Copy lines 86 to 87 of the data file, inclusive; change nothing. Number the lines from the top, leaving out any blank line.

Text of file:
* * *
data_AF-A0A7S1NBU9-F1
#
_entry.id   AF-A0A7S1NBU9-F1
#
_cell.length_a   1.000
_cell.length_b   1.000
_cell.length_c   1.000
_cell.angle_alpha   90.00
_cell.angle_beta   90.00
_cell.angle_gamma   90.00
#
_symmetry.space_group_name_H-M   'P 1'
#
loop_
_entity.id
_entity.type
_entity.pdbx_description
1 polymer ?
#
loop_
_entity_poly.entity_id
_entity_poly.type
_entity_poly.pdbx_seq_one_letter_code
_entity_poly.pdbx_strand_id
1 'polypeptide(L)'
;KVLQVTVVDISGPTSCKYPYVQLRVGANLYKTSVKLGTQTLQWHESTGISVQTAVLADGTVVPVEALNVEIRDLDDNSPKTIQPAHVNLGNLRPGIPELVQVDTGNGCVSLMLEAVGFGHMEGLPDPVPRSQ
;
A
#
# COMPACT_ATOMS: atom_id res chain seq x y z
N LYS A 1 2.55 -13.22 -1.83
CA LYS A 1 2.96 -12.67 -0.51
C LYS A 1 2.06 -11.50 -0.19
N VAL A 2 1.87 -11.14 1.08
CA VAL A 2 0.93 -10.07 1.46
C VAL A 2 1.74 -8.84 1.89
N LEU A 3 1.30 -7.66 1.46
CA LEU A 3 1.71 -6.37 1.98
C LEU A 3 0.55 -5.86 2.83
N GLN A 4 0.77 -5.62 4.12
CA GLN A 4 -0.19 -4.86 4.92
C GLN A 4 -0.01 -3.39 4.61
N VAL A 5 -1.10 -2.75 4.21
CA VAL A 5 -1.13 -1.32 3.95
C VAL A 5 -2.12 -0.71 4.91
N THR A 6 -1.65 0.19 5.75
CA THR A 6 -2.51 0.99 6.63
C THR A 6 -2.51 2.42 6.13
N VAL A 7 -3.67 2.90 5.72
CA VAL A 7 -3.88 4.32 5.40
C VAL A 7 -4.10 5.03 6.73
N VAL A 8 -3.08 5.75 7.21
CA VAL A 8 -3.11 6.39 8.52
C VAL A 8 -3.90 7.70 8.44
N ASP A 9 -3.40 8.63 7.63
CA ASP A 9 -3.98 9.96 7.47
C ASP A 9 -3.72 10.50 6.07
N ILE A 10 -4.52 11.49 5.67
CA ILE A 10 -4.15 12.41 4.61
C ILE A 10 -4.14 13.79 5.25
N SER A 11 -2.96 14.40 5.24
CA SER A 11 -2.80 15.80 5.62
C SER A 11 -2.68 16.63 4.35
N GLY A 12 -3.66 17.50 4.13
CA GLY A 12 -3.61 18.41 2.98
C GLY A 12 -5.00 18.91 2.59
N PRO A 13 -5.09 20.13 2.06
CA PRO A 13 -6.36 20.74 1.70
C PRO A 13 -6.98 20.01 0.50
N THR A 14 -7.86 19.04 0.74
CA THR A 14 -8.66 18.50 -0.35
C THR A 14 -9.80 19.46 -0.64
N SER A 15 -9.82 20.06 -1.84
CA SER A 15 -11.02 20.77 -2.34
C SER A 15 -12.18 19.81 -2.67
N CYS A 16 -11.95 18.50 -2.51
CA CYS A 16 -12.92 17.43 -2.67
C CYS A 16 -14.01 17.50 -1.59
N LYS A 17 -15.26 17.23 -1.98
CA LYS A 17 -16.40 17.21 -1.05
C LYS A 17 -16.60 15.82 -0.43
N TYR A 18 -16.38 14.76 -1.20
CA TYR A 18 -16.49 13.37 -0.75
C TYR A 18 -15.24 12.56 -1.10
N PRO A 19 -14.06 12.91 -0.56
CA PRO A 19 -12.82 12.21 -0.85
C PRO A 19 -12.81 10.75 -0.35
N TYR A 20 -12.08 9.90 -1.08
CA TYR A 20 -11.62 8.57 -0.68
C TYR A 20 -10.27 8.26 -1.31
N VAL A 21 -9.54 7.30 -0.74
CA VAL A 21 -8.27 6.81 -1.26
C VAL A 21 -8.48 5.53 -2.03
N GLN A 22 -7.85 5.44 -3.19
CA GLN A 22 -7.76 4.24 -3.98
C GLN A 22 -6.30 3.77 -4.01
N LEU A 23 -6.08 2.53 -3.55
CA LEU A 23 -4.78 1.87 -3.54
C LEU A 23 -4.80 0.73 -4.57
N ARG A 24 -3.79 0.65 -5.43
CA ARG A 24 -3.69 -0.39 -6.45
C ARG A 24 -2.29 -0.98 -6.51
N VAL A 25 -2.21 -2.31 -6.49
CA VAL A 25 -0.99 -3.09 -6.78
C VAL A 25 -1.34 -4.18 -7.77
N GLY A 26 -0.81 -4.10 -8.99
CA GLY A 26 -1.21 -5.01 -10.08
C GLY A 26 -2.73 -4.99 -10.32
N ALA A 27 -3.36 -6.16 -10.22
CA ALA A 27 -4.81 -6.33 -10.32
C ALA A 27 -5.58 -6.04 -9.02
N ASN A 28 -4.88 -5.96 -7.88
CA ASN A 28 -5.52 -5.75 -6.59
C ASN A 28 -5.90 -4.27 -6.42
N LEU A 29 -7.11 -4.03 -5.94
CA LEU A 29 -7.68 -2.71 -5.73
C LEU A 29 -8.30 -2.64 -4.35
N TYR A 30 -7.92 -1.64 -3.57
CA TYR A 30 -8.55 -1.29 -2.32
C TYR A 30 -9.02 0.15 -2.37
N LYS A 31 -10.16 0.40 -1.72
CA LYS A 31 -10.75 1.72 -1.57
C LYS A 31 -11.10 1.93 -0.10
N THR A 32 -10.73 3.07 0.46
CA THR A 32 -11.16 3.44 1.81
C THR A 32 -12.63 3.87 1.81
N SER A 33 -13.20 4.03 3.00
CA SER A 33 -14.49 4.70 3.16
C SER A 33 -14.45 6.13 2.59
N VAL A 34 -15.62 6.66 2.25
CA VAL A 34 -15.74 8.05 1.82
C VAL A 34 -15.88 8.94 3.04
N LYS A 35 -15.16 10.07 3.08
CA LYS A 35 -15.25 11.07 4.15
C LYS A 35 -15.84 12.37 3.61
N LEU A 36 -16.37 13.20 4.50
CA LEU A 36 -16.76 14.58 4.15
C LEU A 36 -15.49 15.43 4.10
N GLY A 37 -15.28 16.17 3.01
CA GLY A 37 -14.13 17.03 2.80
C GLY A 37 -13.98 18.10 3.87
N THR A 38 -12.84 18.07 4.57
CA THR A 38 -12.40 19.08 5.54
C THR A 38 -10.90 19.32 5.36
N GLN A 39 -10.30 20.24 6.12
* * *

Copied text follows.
CA PRO A 19 -12.82 12.21 -0.85
C PRO A 19 -12.81 10.75 -0.35